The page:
The Economics of Crime In the Urban Ghetto
The Review of Black Political Economy, p. 43, Fall 1978
17 Pages Posted: 8 Dec 2013
Date Written: 1978
This paper explores the economic aspects of participation in illegitimate activities in urban ghetto areas. The motivation for examining economic issues underlying ghetto crime and at the same time ignoring other important components of the interlocking mechanisms generating crime stems from a desire to question the efficacy of economic policy in general and labor market policy in particular in reducing crime. A resurgence of interest by the U.S. Department of Labor in the employment experiences of ex-offenders has manifested itself in the revival of manpower training, work release, job referral, and employment counseling projects. Research sponsored by the Department of Labor continues to test the significance of cash subsidies and other income supplements to released offenders in reducing crime and improving the prison-to-labor market transition. Is this interest misplaced? Although the role that economic opportunities play in affecting participation in crime is acknowledged without challenge by many, during the past decade the central focus of economists studying criminal behavior has been on deterrence. How can we justify expenditures for manpower programs, work release, prison industries, and training programs ostensibly to reduce crime when the perspective with which we view criminality is couched in terms of law and order dicta of the deterrent effectiveness of the certainty or severity of punishment? I propose to survey how economists have approached the analysis of criminality. Two major themes emerge: the assumed rationality of some profit motivated criminal behavior and the determining effect the structure of employment opportunities has on decisions of potential offenders. It is possible to synthesize these apparently opposing economic approaches to model the relationship of employment opportunities and so-called rational criminal decisions. This is done via a discussion of the institutional structure in which labor market and for-profit criminal decisions are made within the urban ghetto.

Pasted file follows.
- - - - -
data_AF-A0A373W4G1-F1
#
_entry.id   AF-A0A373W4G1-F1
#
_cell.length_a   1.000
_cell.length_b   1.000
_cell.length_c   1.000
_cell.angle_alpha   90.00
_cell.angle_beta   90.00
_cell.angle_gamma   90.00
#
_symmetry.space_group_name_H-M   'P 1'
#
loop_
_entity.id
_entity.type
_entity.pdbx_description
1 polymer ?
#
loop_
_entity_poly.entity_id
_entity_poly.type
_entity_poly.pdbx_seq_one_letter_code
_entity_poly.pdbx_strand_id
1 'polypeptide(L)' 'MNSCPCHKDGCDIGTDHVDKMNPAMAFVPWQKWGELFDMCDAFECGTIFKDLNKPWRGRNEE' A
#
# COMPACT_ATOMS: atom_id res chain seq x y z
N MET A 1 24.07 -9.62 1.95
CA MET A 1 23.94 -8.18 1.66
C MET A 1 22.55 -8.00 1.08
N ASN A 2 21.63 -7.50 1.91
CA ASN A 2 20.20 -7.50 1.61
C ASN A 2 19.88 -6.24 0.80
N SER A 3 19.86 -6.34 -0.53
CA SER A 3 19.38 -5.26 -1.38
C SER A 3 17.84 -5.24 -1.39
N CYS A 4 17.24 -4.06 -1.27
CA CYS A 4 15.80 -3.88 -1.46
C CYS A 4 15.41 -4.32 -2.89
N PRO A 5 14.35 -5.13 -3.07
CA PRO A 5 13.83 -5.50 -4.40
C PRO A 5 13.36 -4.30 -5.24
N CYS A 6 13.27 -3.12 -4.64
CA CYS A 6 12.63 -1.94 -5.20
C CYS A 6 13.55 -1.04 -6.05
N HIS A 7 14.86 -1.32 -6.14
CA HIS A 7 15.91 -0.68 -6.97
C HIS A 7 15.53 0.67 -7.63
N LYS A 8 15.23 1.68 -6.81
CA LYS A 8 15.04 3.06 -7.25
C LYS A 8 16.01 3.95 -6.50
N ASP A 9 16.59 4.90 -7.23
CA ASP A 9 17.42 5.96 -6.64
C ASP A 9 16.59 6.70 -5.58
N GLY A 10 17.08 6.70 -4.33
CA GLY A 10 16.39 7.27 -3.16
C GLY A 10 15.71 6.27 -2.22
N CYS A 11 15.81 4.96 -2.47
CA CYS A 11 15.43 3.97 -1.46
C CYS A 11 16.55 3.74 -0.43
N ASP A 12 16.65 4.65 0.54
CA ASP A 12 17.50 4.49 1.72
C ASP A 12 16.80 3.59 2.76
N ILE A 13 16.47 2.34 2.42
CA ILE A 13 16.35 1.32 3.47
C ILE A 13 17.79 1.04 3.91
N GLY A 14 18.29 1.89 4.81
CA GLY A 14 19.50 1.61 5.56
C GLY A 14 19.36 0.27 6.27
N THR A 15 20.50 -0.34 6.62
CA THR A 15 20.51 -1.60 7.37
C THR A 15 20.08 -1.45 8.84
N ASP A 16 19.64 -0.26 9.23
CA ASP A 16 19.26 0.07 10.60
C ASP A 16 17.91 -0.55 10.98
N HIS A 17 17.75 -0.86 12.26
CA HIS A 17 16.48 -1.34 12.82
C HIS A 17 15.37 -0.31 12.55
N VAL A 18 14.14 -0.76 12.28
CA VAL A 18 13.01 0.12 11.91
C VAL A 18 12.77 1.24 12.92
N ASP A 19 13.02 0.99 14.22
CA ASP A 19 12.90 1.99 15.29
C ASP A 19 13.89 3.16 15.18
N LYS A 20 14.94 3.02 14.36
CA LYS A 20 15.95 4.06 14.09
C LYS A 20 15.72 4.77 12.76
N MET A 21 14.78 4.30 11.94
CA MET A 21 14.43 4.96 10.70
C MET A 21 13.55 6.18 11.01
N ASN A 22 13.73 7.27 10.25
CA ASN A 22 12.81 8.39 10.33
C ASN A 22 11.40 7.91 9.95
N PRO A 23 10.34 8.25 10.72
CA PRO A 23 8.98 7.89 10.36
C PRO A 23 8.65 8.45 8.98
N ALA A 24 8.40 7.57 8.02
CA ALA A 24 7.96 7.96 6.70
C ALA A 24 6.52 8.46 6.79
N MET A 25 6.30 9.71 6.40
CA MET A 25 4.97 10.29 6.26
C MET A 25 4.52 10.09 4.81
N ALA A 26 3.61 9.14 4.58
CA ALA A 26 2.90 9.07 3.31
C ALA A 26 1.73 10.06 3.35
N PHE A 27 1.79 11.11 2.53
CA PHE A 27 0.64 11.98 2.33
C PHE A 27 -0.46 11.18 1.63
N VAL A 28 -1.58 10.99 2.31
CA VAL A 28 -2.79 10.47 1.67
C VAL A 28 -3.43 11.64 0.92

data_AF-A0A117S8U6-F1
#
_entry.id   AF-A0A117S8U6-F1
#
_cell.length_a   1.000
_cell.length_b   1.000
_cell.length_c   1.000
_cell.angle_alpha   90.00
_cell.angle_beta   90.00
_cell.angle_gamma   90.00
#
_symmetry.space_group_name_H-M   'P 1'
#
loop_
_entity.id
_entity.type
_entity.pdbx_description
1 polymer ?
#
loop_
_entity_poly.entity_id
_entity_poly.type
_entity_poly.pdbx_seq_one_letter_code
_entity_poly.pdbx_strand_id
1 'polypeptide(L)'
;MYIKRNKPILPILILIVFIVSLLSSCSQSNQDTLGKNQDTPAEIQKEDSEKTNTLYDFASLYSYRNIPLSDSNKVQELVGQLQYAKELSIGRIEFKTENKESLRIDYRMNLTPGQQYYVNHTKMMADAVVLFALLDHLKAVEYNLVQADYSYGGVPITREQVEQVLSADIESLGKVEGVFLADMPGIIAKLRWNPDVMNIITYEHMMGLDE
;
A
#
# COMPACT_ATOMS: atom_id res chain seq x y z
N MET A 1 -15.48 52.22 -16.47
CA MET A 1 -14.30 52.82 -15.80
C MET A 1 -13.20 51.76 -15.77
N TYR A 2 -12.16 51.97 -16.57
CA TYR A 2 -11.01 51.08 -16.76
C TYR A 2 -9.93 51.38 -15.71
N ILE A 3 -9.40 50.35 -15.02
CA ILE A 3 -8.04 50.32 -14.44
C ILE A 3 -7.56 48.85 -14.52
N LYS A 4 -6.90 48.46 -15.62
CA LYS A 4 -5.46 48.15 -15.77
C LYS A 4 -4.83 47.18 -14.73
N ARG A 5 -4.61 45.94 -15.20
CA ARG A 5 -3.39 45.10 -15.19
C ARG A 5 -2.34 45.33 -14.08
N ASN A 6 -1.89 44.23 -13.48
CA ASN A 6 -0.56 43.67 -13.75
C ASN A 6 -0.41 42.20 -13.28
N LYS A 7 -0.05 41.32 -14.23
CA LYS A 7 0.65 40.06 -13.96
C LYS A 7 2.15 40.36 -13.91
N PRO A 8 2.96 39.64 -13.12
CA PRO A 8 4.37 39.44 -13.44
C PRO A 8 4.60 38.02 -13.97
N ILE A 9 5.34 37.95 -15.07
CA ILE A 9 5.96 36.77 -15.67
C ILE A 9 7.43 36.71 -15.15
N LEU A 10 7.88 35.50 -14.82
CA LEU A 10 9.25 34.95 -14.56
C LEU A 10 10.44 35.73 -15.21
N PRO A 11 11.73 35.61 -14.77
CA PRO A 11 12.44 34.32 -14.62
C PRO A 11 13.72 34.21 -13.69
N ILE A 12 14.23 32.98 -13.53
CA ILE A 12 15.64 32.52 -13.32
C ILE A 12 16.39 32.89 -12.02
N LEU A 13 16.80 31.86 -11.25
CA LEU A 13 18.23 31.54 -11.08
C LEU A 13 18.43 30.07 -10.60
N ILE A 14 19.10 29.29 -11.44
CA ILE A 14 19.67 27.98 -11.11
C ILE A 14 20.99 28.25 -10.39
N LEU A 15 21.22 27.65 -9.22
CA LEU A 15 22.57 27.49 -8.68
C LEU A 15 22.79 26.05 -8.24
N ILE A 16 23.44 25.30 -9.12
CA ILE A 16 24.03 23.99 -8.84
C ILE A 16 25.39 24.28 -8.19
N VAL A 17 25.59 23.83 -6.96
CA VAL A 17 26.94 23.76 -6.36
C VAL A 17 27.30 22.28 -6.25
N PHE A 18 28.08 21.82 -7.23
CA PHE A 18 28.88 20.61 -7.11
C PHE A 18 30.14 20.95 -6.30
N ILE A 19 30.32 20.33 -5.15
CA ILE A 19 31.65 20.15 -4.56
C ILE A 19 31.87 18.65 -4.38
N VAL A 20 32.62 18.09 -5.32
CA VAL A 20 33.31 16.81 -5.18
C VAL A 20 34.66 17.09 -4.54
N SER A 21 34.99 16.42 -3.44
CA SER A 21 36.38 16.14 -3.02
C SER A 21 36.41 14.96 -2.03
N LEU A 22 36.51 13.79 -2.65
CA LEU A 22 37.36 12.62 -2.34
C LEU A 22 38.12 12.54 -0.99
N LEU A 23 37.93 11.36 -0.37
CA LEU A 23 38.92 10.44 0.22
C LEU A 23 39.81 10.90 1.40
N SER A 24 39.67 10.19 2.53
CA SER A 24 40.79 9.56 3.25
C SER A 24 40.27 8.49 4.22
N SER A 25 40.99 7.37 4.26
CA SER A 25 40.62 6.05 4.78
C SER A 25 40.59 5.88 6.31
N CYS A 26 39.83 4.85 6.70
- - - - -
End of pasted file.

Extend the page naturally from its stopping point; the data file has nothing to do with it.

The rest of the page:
Keywords: economics, crimes, urban ghetto, ghetto, illegitimate activities, U.S Department of Labor, labo market, criminal behavior
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